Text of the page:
Naturopathy, which evolved from a combination of traditional practices and healthcare approaches popularized in 19th century Europe, encompasses a wide range of therapies. The goal is to treat the whole person — mind, body and spirit — by finding the root causes of illness, rather than just addressing the symptoms. Then, naturopathy seeks to use natural methods to trigger the body’s own healing powers.

Often, naturopathy is sought out when conventional treatments have proven disappointing. Naysayers and skeptics note a lack of scientific evidence to support or dispute the actual efficacy of many naturopathic remedies. But the reality is that in 2018 there were 6,000 naturopathic physicians practicing in the U.S. with increasing numbers of hospitals bringing them on board. 

Could naturopathy be a good fit for you? Here are some details to consider.

What Does Naturopathy Involve?

Because naturopaths strongly believe in treating the whole person, your first appointment will probably be a lengthy one. In addition to asking the typical questions about health history, lifestyle habits, and stress levels, they may want to run some tests. Then, they will discuss all the different options you may be able to use to address your issues. Common naturopathic therapies include a combination of: 

  • Acupressure and AcupunctureDietary and lifestyle changes
  • Stress reduction
  • Herbs and other dietary supplements
  • Homeopathy
  • Hydrotherapy
  • Manipulative therapies, such as acupuncture, acupressure, massage, and chiropractic adjustments
  • Exercise therapy
  • Practitioner-guided detoxification
  • Psychotherapy and counseling

Who Can Practice Naturopathy?

Understanding the credentials of your naturopath is crucial to ensuring you are getting high quality of care. Three groups of people are allowed to practice: Naturopathic physicians, traditional naturopaths, and other healthcare providers. 

Doctor discussing information with patient in an officeNaturopathic physicians: Also called naturopathic doctors (NDs) or doctors of naturopathic medicine (NMDs), these practitioners have completed a program accredited by the Council on Naturopathic Medical Education (an organization recognized for accreditation purposes by the U.S. Dept. of Education) at a four-year, graduate-level school. They study basic sciences similar to those studied in conventional medical school as well as nutrition, psychology, and complementary therapies such as herbal medicine and homeopathy.

Some states (about 26 of them) require naturopathic doctors to become licensed, which usually means they have to pass an exam to practice and must take continuing education classes. This helps to ensure certain educational standards and provides oversight. Many states, though — including New York — do not require a license to practice, so it is important that you do your research when seeking out naturopathic care.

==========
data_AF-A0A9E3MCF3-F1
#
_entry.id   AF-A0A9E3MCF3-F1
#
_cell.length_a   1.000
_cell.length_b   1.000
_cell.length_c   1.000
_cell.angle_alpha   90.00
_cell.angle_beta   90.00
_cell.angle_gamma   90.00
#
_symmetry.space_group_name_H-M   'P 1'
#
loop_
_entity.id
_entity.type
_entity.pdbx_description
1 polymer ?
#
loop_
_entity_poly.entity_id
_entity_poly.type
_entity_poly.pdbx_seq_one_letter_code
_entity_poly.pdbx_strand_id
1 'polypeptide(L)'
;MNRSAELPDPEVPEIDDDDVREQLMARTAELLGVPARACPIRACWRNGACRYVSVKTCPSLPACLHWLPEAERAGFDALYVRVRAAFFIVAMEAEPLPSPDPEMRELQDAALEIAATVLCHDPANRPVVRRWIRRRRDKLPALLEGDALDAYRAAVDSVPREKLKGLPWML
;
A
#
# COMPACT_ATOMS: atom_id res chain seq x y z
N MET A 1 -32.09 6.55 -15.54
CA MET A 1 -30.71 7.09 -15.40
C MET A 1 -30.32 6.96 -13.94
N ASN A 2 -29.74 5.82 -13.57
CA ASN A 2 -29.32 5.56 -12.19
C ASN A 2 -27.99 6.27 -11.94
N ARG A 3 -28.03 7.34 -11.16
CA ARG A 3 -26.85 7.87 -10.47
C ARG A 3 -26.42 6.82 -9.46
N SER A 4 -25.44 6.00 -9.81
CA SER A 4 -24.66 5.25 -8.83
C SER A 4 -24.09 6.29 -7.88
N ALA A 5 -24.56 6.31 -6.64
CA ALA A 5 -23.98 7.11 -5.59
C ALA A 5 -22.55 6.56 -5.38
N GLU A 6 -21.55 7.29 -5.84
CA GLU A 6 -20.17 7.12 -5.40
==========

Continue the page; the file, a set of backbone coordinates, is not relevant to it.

Traditional Naturopaths: These practitioners are commonly known as “naturopaths,” and their training can vary widely. Training programs can be different in terms of length and content of study, and as they’re not accredited, there is little oversight in terms of quality and breadth of knowledge. 

Other Healthcare Providers: Some medical doctors, dentists, chiropractors, dentists, and nurses offer naturopathic treatments as a complement to their regular practice. Many are either NDs or have studied naturopathy in the course of seeking their degree.

As with traditional naturopaths, their training programs can vary widely, and as such may not be accredited (as naturopaths.)

The NCCIH (National Center for Complementary and Integrative Health) recommends that you tell all your health care providers about any complementary or integrative health approaches that you use. And even more importantly, they remind us to remember that regulations, licenses, or certificates do not guarantee safe, effective treatment from any health care provider — conventional or complementary. To learn more, see the NCCIH fact sheet Credentialing, Licensing, and Education.

Could Naturopathy Help Me?

Some people use naturopaths for their primary care, but more often they are sought out as a complementary practice. While the scientific evidence is scanty, some conditions that reported positive effects using naturopathic treatment include: 

  • Tincture bottle surrounded by yellow flowersAllergies
  • Headaches
  • Chemotherapy side-effects
  • Digestive problems
  • Obesity
  • Hormonal imbalances
  • Chronic pain
  • Chronic fatigue
  • Type 2 Diabetes
  • Polycystic Ovary Syndrome
  • Depression
  • Anxiety

Many of the conditions listed above are those that standard medical practices are still stumped by, so it may be worth giving naturopathy a try. Since naturopathy relies on using natural sources and methods, harmful side-effects are less common. That said, some supplements, restrictive diets, and bodily adjustments can have unintended consequences, so it is always important to make sure all your medical providers are aware of any treatment you are seeking.

Other Articles You Might Enjoy: